Coming out of the urban discotheques of the 1970s, disco was primarily a type of music for dancing. An outgrowth of Latin, soul, salsa and funk music, the genre was originally popular with black and gay dancers in large American cities. Disco hits such as "Stayin' Alive" and "The Hustle" have become American popular music standards. For those interested in the history of American popular music, knowing what instruments are used in disco can be a topic of interest.
Bass provides much of the driving rhythm of disco. Many disco songs are distinguished by heavy and memorable bass lines. Syncopation is also a feature of disco bass lines. Bass drives the rhythm forward in addition to supporting the melody of the song. Many disco songs, particularly extended ones, include a break where the bass is allowed to come forward and occupy the main focus of the song.
The percussion in disco has a Latin flavor that distinguishes disco from other contemporary forms of dance music, such as funk. Conversely, more rock-oriented percussion separates disco from purely Latin dance music such as salsa. The standard drum set used in rock makes appearances in disco, with a heavy emphasis on the high hat. The high hat is often used in either an eight-beat or a 16-beat pattern. Bongos are also a popular form of percussion in disco music. Cowbells sometimes provide accents.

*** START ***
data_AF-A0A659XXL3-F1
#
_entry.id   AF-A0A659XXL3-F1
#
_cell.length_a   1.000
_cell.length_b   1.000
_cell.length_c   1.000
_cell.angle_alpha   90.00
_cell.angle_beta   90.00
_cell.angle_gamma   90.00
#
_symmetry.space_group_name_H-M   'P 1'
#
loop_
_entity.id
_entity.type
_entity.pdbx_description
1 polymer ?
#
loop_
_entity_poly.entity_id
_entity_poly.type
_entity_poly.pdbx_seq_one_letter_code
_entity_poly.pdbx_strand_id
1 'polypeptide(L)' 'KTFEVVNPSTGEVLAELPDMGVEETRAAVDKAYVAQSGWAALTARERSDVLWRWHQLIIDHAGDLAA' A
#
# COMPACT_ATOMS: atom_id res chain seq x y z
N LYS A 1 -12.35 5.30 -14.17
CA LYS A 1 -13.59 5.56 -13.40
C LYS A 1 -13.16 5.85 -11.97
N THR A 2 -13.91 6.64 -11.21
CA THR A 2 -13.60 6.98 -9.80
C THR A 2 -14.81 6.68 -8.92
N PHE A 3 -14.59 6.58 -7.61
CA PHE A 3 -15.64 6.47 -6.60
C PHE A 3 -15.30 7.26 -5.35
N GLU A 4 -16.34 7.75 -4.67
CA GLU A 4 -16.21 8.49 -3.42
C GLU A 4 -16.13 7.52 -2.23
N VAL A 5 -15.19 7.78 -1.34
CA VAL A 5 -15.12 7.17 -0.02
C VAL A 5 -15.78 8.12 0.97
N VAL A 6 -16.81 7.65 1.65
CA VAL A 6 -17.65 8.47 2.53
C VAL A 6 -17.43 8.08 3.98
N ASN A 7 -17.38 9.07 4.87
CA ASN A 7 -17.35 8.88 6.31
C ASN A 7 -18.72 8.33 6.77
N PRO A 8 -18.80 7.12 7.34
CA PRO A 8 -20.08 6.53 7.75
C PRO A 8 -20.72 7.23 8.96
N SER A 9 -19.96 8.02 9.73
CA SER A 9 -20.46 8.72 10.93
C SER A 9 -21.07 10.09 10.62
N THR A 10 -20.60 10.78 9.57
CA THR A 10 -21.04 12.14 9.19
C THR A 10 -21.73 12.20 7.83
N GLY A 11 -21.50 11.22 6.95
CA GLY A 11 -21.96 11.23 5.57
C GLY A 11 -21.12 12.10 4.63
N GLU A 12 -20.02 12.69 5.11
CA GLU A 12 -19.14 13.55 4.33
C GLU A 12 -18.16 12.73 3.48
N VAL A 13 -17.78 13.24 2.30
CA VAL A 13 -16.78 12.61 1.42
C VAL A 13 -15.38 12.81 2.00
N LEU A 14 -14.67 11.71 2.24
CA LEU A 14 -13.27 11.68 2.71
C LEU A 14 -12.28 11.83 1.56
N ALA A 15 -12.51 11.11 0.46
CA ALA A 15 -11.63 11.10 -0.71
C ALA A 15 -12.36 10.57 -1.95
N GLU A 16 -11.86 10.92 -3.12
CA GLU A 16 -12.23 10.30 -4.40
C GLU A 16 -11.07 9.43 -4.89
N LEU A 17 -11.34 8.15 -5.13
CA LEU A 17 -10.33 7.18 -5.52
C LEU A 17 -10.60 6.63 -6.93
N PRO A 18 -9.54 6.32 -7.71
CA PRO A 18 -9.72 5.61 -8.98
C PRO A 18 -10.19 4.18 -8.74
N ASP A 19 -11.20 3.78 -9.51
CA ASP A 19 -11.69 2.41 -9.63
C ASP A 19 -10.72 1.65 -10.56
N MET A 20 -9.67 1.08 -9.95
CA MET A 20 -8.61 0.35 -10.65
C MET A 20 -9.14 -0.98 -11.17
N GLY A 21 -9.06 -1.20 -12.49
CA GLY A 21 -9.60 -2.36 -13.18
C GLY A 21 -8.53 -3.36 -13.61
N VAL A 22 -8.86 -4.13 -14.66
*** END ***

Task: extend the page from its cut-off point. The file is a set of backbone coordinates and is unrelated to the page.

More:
String sections are frequently used in disco music. A string section in disco music consists of instruments such as violins, cellos and violas. Additionally, disco music may utilize string synthesizers, a keyboard instrument that emulates the sound of strings.
Guitar is another string instrument used in disco music, but its use is quite separate from the use of orchestral instruments such as the cello. The guitar in disco is primarily used as a rhythm instrument. The distinctive sound of disco guitar is provided by liberal use of the wah-wah pedal.
Disco music utilizes a wide variety of horns, including the saxophone, trombone and trumpet. Horns in disco frequently operate as a horn section, providing accents to songs. Horns may also be used to provide a hook to a song, but it is rare to hear a horn solo in disco. Even when prominently used in a song, horns tend to stick together, blending with one another to create a brassy, jazzy sound.
Nicholas Pell began writing professionally in 1995. His features on arts, culture, personal finance and technology have appeared in publications such as "LA Weekly," Salon and Business Insider. Pell holds a Bachelor of Arts in English from the University of Massachusetts at Amherst.